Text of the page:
Global crude prices jumped nearly 6 percent on Wednesday, after the largest crude drawdown in 7 months at the key U.S. crude delivery point in Cushing, Oklahoma fed a new round of market volatility.
Oil bulls were also encouraged by doubts on whether the Federal Reserve will decide on a U.S. rate hike on Thursday after tame August inflation data.
Some speculators in oil had bet on a big U.S. draw since Monday, after market intelligence firm Genscape estimated a drawdown of 1.8 million barrels in Cushing.
Official data from the U.S. Energy Information Administration showed a total U.S. inventory drop of 2.1 million barrels for the week ended Sept. 11. The Cushing draw itself was 1.9 million, the largest since the week ended Aug. 28.
The draw numbers were bullish beyond average analysts' forecasts. A Reuters poll called for a total stockpile growth of 1.2 million barrels last week.
Even so, the EIA also cited an unexpected build of about 3 million barrels in gasoline and distillate stocks.
"The gasoline and distillates build completely negate the crude draw," said Donald Morton, energy trader for Herbert J. Sims & Co. in Fairfield, Connecticut.
"A total stockpile of 153 million barrels for distillates is huge. It's the Fed's show from here on," Morton added, referring to the impending decision on the rate hike.
John Kilduff, founding partner at Again Capital, said the EIA report was modestly bullish, but did not justify such a large move.
Potentially boosting oil, said Kilduff, was testimony from U.S. CENTCOM Commander General Lloyd Austin confirming that U.S. Special Operations Forces troops are now on the ground in Syria assisting Kurdish forces in their fight against the Islamic State and other insurgents.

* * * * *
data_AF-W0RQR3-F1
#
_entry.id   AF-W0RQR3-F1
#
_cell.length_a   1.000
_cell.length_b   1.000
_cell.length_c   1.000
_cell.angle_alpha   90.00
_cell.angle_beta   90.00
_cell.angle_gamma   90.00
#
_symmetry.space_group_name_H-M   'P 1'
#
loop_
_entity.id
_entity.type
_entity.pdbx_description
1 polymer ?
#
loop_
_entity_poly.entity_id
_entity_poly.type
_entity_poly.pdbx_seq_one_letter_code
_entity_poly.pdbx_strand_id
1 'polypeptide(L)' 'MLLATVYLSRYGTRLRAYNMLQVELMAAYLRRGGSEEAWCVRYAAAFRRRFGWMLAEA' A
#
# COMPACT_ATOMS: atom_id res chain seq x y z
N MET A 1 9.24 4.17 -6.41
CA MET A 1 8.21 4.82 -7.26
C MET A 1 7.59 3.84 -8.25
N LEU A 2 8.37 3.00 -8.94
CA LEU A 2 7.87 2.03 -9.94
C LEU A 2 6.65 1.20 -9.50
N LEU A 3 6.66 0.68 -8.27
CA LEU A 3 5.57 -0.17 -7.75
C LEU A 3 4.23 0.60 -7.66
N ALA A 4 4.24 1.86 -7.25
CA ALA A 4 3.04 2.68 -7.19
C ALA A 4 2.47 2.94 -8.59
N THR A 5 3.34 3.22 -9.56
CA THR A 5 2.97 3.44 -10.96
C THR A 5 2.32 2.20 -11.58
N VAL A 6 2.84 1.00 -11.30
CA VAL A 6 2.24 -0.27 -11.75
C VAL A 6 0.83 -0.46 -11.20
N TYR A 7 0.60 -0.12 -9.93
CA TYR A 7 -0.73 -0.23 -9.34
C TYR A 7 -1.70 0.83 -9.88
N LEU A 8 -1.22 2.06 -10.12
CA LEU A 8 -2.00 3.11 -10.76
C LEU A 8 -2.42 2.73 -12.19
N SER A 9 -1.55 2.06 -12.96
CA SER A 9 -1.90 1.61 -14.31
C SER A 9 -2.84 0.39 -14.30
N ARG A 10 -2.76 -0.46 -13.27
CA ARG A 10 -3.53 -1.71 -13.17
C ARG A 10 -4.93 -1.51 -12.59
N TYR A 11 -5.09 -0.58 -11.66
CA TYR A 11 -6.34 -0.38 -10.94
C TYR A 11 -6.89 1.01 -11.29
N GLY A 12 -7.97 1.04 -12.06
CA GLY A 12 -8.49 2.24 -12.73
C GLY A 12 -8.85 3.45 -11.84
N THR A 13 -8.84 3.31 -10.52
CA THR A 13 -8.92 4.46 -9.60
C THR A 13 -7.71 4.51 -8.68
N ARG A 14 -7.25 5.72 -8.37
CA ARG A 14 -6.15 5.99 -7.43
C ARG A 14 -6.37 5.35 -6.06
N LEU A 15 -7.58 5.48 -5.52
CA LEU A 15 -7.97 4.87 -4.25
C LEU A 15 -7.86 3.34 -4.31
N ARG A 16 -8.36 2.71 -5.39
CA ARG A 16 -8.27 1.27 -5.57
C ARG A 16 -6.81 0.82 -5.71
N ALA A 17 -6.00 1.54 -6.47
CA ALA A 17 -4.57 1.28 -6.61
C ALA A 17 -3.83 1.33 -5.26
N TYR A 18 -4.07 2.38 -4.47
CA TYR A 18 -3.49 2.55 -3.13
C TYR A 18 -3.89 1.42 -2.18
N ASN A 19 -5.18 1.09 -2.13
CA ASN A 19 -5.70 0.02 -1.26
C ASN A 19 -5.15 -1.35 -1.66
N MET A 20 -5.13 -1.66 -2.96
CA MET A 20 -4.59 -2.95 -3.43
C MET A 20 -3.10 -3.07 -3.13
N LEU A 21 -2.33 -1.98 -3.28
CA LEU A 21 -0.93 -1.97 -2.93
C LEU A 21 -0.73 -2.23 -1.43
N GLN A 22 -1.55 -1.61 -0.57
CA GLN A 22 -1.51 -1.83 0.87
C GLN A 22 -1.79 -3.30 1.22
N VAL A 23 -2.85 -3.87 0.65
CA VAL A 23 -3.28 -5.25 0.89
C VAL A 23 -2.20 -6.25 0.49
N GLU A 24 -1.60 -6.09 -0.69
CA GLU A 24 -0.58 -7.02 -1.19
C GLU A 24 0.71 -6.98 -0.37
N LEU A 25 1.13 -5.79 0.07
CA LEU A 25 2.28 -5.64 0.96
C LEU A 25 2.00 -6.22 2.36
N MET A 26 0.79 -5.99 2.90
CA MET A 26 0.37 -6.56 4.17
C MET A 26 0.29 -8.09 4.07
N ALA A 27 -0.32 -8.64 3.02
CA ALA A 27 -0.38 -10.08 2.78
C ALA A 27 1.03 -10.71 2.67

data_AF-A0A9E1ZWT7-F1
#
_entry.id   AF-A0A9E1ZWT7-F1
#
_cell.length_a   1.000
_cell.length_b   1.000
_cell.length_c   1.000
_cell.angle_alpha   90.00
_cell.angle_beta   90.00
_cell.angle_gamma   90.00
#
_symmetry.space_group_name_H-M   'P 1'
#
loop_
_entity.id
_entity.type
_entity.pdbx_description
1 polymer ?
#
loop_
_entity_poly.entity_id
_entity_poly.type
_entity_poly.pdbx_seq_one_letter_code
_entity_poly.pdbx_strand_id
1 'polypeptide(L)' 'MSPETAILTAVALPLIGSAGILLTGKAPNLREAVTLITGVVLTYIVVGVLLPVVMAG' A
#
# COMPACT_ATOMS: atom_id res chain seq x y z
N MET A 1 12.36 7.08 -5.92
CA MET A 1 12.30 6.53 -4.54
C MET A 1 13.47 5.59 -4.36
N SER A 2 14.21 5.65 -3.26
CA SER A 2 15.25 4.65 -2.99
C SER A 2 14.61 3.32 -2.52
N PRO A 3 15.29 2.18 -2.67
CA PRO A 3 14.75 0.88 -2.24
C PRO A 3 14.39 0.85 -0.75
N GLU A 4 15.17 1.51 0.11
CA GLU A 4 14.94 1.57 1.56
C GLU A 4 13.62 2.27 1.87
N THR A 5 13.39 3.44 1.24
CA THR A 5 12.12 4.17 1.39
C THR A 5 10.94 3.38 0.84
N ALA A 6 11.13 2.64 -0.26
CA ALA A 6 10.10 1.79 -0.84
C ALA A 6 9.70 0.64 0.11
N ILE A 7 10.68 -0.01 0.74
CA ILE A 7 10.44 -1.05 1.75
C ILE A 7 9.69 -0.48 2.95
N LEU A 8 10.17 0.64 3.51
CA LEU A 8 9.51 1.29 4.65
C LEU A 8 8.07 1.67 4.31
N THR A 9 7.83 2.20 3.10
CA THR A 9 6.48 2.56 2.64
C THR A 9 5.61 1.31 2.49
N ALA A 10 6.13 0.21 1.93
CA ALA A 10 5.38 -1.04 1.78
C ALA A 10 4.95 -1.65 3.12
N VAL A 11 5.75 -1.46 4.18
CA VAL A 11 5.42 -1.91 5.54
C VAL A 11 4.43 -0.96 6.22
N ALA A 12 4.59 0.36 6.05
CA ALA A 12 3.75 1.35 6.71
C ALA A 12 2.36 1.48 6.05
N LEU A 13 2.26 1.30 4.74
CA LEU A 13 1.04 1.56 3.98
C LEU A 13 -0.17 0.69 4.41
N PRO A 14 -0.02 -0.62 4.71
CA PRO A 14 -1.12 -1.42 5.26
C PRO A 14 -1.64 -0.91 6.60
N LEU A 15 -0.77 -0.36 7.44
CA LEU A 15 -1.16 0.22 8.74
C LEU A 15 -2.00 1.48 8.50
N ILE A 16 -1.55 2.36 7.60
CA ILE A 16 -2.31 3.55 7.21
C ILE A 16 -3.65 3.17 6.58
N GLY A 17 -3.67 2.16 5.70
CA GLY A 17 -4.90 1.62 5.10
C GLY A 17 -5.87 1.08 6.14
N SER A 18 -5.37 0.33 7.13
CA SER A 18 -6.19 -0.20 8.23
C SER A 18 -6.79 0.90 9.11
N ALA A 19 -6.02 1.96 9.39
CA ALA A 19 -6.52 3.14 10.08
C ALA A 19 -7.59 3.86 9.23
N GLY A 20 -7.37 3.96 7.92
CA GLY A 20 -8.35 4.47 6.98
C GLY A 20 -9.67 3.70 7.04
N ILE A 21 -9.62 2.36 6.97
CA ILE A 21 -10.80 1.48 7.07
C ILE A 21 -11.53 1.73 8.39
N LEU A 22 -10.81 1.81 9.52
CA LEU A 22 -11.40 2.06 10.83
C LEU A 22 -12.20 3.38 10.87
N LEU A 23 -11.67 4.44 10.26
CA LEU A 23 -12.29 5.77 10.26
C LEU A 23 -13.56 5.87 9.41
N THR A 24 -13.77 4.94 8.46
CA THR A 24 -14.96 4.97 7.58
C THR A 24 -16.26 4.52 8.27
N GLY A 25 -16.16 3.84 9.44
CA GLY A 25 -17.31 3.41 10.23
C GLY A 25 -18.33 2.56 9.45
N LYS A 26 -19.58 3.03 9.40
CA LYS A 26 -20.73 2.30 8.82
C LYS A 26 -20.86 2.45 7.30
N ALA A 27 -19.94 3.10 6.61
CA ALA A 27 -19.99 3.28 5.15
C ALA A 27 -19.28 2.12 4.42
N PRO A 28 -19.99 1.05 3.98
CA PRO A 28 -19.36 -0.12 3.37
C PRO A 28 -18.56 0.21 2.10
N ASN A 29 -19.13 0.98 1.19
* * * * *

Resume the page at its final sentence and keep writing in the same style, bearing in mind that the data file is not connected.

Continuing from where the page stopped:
Reports of Russian troop activity in Syria have already added a few dollars to the price of oil, he said, noting that the country's civil war is attracting more attention in light of a worsening migrant crisis.
Traders told CNBC the market had been anticipating a technical move higher. US crude's gains accelerated after it broke through its 50-day moving average of $46.50.
A lower U.S. interest rate could restrain the dollar, making dollar-denominated crude cheaper for holders of other currencies. The dollar retreated from a one-week high after an unexpected 0.1 percent decline in U.S. consumer prices in August.
Oil has seen big price swings since end-August on mixed supply-demand outlook from the EIA, the International Energy Agency and producer group OPEC. A sharp cut in forward oil price projections by influential Wall Street trader Goldman Sachs added to volatility.
Some analysts expect an erratic but continuous recovery from the 6½ year lows of $42.23 hit in Brent and $37.75 in U.S. crude in August.
"If the market continues to get data points similar to this week, which the markets have been anticipating for a while now, oil prices will continue to firm up and find support," said Chris Jarvis at Caprock Risk Management in Frederick, Maryland.
—CNBC's Jackie DeAngelis, Patti Domm and Tom DiChristopher contributed to this story.